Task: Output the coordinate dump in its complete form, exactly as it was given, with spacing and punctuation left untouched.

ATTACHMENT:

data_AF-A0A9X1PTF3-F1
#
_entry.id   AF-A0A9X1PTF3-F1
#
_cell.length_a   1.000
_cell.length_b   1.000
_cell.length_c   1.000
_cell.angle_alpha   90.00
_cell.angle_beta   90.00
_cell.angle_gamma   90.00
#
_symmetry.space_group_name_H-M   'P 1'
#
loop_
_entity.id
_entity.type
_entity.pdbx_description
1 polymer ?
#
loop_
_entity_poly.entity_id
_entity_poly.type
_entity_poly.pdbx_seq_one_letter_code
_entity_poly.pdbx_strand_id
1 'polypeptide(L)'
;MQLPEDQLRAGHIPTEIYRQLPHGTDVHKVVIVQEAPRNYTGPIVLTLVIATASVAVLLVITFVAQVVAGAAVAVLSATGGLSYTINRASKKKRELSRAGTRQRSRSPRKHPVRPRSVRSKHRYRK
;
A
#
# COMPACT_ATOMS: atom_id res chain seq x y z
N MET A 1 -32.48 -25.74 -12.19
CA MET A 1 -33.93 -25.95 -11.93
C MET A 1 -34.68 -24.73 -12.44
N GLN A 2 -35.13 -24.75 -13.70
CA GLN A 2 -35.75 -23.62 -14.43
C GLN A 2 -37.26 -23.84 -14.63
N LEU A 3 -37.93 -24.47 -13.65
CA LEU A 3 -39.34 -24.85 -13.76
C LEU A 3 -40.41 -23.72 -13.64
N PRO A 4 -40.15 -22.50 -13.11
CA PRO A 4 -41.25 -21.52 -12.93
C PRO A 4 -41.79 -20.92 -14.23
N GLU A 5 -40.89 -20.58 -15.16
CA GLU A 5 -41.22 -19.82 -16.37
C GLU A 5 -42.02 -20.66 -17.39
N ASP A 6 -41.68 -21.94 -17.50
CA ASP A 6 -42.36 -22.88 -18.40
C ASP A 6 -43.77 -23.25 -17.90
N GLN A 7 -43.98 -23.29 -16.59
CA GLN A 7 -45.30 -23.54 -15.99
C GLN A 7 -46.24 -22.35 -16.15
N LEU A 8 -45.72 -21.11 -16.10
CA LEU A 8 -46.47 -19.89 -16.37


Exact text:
data_AF-A0A9X1PTF3-F1
#
_entry.id   AF-A0A9X1PTF3-F1
#
_cell.length_a   1.000
_cell.length_b   1.000
_cell.length_c   1.000
_cell.angle_alpha   90.00
_cell.angle_beta   90.00
_cell.angle_gamma   90.00
#
_symmetry.space_group_name_H-M   'P 1'
#
loop_
_entity.id
_entity.type
_entity.pdbx_description
1 polymer ?
#
loop_
_entity_poly.entity_id
_entity_poly.type
_entity_poly.pdbx_seq_one_letter_code
_entity_poly.pdbx_strand_id
1 'polypeptide(L)'
;MQLPEDQLRAGHIPTEIYRQLPHGTDVHKVVIVQEAPRNYTGPIVLTLVIATASVAVLLVITFVAQVVAGAAVAVLSATGGLSYTINRASKKKRELSRAGTRQRSRSPRKHPVRPRSVRSKHRYRK
;
A
#
# COMPACT_ATOMS: atom_id res chain seq x y z
N MET A 1 -32.48 -25.74 -12.19
CA MET A 1 -33.93 -25.95 -11.93
C MET A 1 -34.68 -24.73 -12.44
N GLN A 2 -35.13 -24.75 -13.70
CA GLN A 2 -35.75 -23.62 -14.43
C GLN A 2 -37.26 -23.84 -14.63
N LEU A 3 -37.93 -24.47 -13.65
CA LEU A 3 -39.34 -24.85 -13.76
C LEU A 3 -40.41 -23.72 -13.64
N PRO A 4 -40.15 -22.50 -13.11
CA PRO A 4 -41.25 -21.52 -12.93
C PRO A 4 -41.79 -20.92 -14.23
N GLU A 5 -40.89 -20.58 -15.16
CA GLU A 5 -41.22 -19.82 -16.37
C GLU A 5 -42.02 -20.66 -17.39
N ASP A 6 -41.68 -21.94 -17.50
CA ASP A 6 -42.36 -22.88 -18.40
C ASP A 6 -43.77 -23.25 -17.90
N GLN A 7 -43.98 -23.29 -16.59
CA GLN A 7 -45.30 -23.54 -15.99
C GLN A 7 -46.24 -22.35 -16.15
N LEU A 8 -45.72 -21.11 -16.10
CA LEU A 8 -46.47 -19.89 -16.37